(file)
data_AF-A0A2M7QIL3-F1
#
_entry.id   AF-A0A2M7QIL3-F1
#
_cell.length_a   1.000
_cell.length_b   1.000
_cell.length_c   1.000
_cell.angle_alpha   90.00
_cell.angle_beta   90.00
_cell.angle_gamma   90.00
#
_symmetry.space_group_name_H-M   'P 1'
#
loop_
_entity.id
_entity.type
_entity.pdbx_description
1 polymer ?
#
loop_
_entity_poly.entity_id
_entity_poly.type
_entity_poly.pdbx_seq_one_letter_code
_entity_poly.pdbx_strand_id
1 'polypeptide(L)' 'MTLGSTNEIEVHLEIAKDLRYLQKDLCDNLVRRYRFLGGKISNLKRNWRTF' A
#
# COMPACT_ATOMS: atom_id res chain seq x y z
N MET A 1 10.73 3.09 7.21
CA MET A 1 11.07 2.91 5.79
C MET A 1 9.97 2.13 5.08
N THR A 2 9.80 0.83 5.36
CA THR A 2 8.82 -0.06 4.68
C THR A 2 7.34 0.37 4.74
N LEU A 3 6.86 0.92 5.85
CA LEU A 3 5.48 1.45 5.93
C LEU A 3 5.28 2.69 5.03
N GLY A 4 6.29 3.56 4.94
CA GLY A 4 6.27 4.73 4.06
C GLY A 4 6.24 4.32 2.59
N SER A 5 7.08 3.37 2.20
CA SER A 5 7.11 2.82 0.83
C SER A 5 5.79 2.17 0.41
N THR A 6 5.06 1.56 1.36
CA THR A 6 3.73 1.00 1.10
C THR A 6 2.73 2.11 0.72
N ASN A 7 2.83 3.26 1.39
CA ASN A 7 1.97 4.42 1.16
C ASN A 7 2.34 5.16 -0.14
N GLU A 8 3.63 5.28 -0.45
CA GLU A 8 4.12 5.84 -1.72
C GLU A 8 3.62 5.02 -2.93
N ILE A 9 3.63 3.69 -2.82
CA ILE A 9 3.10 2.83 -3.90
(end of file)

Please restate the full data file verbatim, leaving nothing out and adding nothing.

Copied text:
data_AF-A0A2M7QIL3-F1
#
_entry.id   AF-A0A2M7QIL3-F1
#
_cell.length_a   1.000
_cell.length_b   1.000
_cell.length_c   1.000
_cell.angle_alpha   90.00
_cell.angle_beta   90.00
_cell.angle_gamma   90.00
#
_symmetry.space_group_name_H-M   'P 1'
#
loop_
_entity.id
_entity.type
_entity.pdbx_description
1 polymer ?
#
loop_
_entity_poly.entity_id
_entity_poly.type
_entity_poly.pdbx_seq_one_letter_code
_entity_poly.pdbx_strand_id
1 'polypeptide(L)' 'MTLGSTNEIEVHLEIAKDLRYLQKDLCDNLVRRYRFLGGKISNLKRNWRTF' A
#
# COMPACT_ATOMS: atom_id res chain seq x y z
N MET A 1 10.73 3.09 7.21
CA MET A 1 11.07 2.91 5.79
C MET A 1 9.97 2.13 5.08
N THR A 2 9.80 0.83 5.36
CA THR A 2 8.82 -0.06 4.68
C THR A 2 7.34 0.37 4.74
N LEU A 3 6.86 0.92 5.85
CA LEU A 3 5.48 1.45 5.93
C LEU A 3 5.28 2.69 5.03
N GLY A 4 6.29 3.56 4.94
CA GLY A 4 6.27 4.73 4.06
C GLY A 4 6.24 4.32 2.59
N SER A 5 7.08 3.37 2.20
CA SER A 5 7.11 2.82 0.83
C SER A 5 5.79 2.17 0.41
N THR A 6 5.06 1.56 1.36
CA THR A 6 3.73 1.00 1.10
C THR A 6 2.73 2.11 0.72
N ASN A 7 2.83 3.26 1.39
CA ASN A 7 1.97 4.42 1.16
C ASN A 7 2.34 5.16 -0.14
N GLU A 8 3.63 5.28 -0.45
CA GLU A 8 4.12 5.84 -1.72
C GLU A 8 3.62 5.02 -2.93
N ILE A 9 3.63 3.69 -2.82
CA ILE A 9 3.10 2.83 -3.90